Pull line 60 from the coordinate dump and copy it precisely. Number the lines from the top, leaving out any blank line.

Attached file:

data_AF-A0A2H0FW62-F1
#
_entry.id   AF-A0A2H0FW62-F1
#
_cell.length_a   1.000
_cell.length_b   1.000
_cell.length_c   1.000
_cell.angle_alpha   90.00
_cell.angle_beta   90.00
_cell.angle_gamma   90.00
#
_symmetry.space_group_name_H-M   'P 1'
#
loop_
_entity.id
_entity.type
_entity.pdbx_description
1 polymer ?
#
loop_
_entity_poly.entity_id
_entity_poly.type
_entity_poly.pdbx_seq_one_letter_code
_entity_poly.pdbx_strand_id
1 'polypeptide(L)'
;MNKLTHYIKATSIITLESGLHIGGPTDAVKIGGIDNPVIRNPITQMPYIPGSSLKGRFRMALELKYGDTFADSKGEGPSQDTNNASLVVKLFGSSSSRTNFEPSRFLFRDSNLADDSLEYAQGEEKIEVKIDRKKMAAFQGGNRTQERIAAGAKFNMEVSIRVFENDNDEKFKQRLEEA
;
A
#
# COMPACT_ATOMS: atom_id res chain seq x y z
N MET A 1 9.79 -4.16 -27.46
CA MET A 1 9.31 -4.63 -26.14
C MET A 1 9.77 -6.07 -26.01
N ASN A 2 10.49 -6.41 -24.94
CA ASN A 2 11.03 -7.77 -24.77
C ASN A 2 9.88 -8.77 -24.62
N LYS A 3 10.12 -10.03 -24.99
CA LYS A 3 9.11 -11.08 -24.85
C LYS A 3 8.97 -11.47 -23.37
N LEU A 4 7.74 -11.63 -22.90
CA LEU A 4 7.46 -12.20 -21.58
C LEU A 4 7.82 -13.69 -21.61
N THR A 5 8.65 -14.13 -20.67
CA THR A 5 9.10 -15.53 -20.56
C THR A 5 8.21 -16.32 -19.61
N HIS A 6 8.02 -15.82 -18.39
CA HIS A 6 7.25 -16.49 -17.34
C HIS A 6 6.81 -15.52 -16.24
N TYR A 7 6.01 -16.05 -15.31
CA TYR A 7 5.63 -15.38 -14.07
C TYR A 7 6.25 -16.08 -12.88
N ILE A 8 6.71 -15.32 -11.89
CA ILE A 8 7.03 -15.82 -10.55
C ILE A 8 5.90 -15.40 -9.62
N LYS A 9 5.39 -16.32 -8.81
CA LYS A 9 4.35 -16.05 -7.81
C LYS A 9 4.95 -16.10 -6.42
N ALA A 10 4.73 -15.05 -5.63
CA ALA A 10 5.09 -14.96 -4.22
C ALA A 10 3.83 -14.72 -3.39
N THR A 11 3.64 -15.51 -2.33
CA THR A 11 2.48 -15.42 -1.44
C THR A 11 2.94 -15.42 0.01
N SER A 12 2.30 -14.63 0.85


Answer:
C ALA A 10 3.83 -14.72 -3.39